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April 26, 2016 – While innovation in cyber security is certainly necessary, studies have shown for many years that if companies and agencies simply patched everything that they own to the current level, 93% of all vulnerabilities would be removed. The issue in that statement is this: why can’t IT shops get to 100% patching status?
There are multiple excuses given: i.e. legacy systems, people turn off their desktops/laptops and the patch does not get sent, not enough resources to review and make sure patches are applied to systems, etc. While these excuses can have merit at times, few organizations take the time to develop a root cause analysis by continually asking “why” until they get to the root cause.
Technology alone is not the savior of cyber security. Building and maintaining plans for achieving protection from threat is achievable – and one of those plans has to be 100% patching – on everything. If a legacy system cannot be patched, the root cause analysis should tell people “move the legacy system to something that can be patched or replace it with new code or an application that can be patched.”
If the laptop or desktop was turned off, institute a policy that states that the system cannot be logged into until the patches have been applied – period. It is interesting that so called draconian steps usually end up changing the mindset of people who have always turned off their desktop/laptop instead of logging out and leaving it running.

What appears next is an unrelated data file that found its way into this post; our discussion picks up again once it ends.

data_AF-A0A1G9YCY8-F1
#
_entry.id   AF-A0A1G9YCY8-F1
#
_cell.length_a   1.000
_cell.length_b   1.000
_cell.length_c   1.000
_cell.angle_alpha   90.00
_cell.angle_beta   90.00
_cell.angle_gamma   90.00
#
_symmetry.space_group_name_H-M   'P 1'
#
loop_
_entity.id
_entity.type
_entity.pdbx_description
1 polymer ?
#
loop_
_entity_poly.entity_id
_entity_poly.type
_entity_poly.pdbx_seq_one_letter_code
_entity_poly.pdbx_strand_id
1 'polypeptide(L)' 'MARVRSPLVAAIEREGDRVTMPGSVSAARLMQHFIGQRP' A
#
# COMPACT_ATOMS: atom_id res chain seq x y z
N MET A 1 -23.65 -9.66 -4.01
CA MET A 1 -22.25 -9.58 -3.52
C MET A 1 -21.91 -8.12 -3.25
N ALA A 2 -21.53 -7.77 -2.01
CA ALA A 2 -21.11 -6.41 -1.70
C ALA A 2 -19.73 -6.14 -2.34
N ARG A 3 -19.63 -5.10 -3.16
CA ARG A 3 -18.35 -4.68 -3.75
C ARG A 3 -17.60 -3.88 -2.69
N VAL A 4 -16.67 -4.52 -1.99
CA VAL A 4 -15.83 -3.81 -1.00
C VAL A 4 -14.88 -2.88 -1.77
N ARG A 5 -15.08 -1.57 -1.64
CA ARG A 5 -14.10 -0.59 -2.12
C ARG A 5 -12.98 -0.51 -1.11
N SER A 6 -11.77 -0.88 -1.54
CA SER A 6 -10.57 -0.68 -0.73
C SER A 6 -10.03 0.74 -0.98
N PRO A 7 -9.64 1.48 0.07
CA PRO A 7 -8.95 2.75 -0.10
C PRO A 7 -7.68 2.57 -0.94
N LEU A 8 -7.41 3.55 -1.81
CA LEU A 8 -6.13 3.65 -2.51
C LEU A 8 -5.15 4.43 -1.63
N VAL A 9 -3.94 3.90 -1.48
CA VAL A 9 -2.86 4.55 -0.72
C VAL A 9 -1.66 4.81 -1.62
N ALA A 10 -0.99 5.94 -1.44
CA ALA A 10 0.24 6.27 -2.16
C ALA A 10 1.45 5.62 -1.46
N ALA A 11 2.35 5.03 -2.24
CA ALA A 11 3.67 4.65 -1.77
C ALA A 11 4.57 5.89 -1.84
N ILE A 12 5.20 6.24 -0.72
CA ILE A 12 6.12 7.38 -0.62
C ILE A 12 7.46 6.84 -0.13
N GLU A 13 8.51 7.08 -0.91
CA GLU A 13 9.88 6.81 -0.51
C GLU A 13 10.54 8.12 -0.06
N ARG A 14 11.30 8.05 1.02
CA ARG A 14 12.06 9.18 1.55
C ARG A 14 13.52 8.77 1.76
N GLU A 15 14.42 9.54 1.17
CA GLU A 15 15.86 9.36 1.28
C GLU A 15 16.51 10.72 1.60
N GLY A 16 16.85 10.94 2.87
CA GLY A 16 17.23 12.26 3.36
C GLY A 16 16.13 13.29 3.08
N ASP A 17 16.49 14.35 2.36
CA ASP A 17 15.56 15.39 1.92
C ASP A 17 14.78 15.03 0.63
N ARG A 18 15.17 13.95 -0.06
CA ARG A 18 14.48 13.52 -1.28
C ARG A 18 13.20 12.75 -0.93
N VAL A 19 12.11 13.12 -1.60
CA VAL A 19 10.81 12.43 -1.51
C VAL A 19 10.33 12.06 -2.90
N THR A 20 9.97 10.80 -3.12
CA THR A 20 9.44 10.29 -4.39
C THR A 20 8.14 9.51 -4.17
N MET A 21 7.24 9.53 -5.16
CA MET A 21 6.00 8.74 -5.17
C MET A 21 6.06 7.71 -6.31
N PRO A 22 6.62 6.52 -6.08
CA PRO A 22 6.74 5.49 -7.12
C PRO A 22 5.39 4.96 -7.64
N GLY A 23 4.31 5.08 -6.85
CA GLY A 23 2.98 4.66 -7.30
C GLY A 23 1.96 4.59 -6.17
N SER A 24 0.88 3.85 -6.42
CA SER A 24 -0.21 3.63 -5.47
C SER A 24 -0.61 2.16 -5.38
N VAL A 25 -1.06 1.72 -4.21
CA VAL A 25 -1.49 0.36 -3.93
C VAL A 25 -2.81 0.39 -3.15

Much has been written about user behavior and cyber security; specifically, that change was the most significant driver in improving overall cyber security for any enterprise. Not changes in technology – changes in behavior. People still open phishing campaign emails even though they have received instructions saying “don’t do that.” People still write their password down on a piece of paper and put it somewhere on their desk. System administrators still use group passwords to ease the login process for servers. All of these are actions people know not to do, but they still do them. When management starts to believe that the next new shiny tool will solve their cyber security issues without looking at the requirements to remove the vulnerabilities first, then the behavior mindset needs to change.
If only one activity – patching – can reduce 93% of the vulnerabilities in the enterprise, does it not make sense to get that accomplished so that cyber security professionals can focus on the remaining 7% with all of their time? Cyber security innovation is important. Getting back to the basics can yield even better results.